“I should have guessed,” Guilotti said, adjusting his glasses to get a better look of the flexing fabric. “A single vapor layer enmeshed in a biometric lipid network! Give it another half-hour or so, and it will be completely transparent.”

A shocked silence placed itself in the group as Clarissa shrugged. “Seems I have been discovered.” She turned to Guilotti. “You seem to be quite a brain. Who are you, anyhow?”

“No one to notice, miss,” he said, taking out a small flashing and beeping card. “It seems I am being paged,” he continued. “I need to find a view-room.” He hopped off the stool then turned around to salute to everyone. “I’ll see you all later.” He started to walk off in the direction of the stage, where Duchess was talking to some of the orchestra players and the DJ.

“I take it the party is over, then?” Frederick said between forkfuls of cake.

“I think so, Freddie,” Con said, looking at his watch. “I think we should head on home.”

“Well, I am not,” Clarissa said. “I still need another dose of fun.” She focused on Con. “Is there any place we can go?”

“Well,” Billy said, thoughtfully. “We can go to The Caterpillar’s Question.”

“Oh no. Not one of those places,” Reglatta said.

“What kind of places?” Fredrick said, intrigued.

“’Smoke and fog,’ so Papa tells me,” she said, drinking the last of her Stinger. “Because that is all they produce.” She shrugged. “Apparently, it is one of those low-circle places where you can get punch drunk with a handful of credits.”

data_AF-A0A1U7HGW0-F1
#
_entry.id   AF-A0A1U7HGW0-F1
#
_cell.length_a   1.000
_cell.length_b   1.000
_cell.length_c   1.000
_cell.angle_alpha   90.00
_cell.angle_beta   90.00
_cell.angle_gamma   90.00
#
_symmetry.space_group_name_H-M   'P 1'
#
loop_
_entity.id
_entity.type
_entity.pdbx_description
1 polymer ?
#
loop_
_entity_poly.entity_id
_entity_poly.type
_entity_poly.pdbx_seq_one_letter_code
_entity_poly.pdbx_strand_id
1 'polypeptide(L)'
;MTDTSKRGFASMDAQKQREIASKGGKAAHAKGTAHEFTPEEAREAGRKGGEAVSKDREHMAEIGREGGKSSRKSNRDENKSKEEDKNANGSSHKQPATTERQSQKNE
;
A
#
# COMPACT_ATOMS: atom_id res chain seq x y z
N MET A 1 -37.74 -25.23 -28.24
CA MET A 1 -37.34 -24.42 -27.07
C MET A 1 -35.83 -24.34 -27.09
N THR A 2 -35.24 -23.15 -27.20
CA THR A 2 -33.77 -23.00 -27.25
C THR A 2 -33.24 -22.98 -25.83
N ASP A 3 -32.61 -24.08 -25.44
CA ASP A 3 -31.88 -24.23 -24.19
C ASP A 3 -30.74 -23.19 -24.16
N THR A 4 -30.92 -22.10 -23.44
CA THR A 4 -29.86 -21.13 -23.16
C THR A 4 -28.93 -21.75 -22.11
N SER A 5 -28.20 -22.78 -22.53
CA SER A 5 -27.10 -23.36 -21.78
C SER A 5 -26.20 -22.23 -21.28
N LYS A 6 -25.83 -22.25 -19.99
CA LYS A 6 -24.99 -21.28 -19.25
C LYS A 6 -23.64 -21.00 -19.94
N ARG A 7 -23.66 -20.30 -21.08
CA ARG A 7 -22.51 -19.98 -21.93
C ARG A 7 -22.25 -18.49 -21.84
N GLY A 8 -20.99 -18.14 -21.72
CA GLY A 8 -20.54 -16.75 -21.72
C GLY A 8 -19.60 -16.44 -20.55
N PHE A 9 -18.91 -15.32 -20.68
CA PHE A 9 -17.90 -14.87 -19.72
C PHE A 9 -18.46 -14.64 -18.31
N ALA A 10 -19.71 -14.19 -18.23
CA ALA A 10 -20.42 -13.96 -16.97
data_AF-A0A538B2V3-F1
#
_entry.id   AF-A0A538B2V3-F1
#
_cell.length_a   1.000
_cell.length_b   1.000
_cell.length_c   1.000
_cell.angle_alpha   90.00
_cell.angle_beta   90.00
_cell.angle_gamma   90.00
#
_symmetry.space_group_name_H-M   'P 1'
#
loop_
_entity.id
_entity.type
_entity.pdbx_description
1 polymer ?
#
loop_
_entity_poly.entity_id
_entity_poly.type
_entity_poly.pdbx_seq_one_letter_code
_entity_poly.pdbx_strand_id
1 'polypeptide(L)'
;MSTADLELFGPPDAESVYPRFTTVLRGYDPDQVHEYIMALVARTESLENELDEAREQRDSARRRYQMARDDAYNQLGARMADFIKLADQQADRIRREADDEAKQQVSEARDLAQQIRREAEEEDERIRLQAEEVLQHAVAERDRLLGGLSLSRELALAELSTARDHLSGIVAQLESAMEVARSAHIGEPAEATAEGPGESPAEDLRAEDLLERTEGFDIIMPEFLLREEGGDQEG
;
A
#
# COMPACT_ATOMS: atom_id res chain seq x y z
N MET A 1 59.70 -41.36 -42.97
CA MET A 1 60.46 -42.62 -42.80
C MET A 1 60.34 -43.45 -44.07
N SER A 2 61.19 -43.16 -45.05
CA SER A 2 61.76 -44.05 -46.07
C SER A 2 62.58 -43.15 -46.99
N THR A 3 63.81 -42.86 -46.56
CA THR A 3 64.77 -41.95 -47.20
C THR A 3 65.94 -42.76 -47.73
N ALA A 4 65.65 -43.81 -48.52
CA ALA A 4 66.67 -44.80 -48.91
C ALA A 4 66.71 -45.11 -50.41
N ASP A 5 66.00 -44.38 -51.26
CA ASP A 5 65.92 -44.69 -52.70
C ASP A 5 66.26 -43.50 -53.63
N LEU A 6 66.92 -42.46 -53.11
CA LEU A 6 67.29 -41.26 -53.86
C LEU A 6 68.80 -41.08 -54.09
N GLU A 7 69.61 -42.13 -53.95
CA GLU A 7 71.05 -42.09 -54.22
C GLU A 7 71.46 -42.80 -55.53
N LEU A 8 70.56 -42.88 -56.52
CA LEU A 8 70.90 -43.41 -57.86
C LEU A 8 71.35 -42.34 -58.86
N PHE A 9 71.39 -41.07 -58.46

“Hm,” Clarissa said. “I am kind of interested, but right now, I see someone who wants me to dance with him.” She waved to a man in a white tux, who waved back. “I will see you all in the morning.”

“Wait a moment,” Con said, putting a hand on her shoulder. “What exactly are you two going to do?”

She smiled. “Maybe some more dancing, maybe a bit of drinking, even maybe some bedroom acrobatics. And do not worry, Conrad,” she said as he opened his mouth. “I am perfectly safe right now. All of my protection is on.” She leaned forward to kiss him on the cheek. “I’ll let you know if anything happens.” With that line, she was gone.

“She’ll be the death of me one day,” Con said, eyeing her retreating figure.

“I think we all have someone who will be the death of each one of us,” said Frederick. He picked at the last of his cake. “Still, I would not mind seeing about this place.”

“If you go,” Reglatta said, standing up and ready to walk out, “I will never forgive you. I will lea–”

“That does it,” he snarled, flinging down his plate and whirling around to face her. He wrapped an arm around her slim waist and kissed her passionately. Reglatta struggled for a moment before returning it, her arms encircling his shoulders.

“Ah, that’s the spirit,” Duchess said, coming up to the four. “I was wondering when that was going to happen.”

“You owe me a dollar,” Billy said to Con, who rolled his eyes.

The two separated. Reglatta sighed. “Alright,” she murmured, looking down and smoothing his suit lapels. “I will forgive you.” She looked up and smiled slightly. “This once.” He smiled and kissed her again.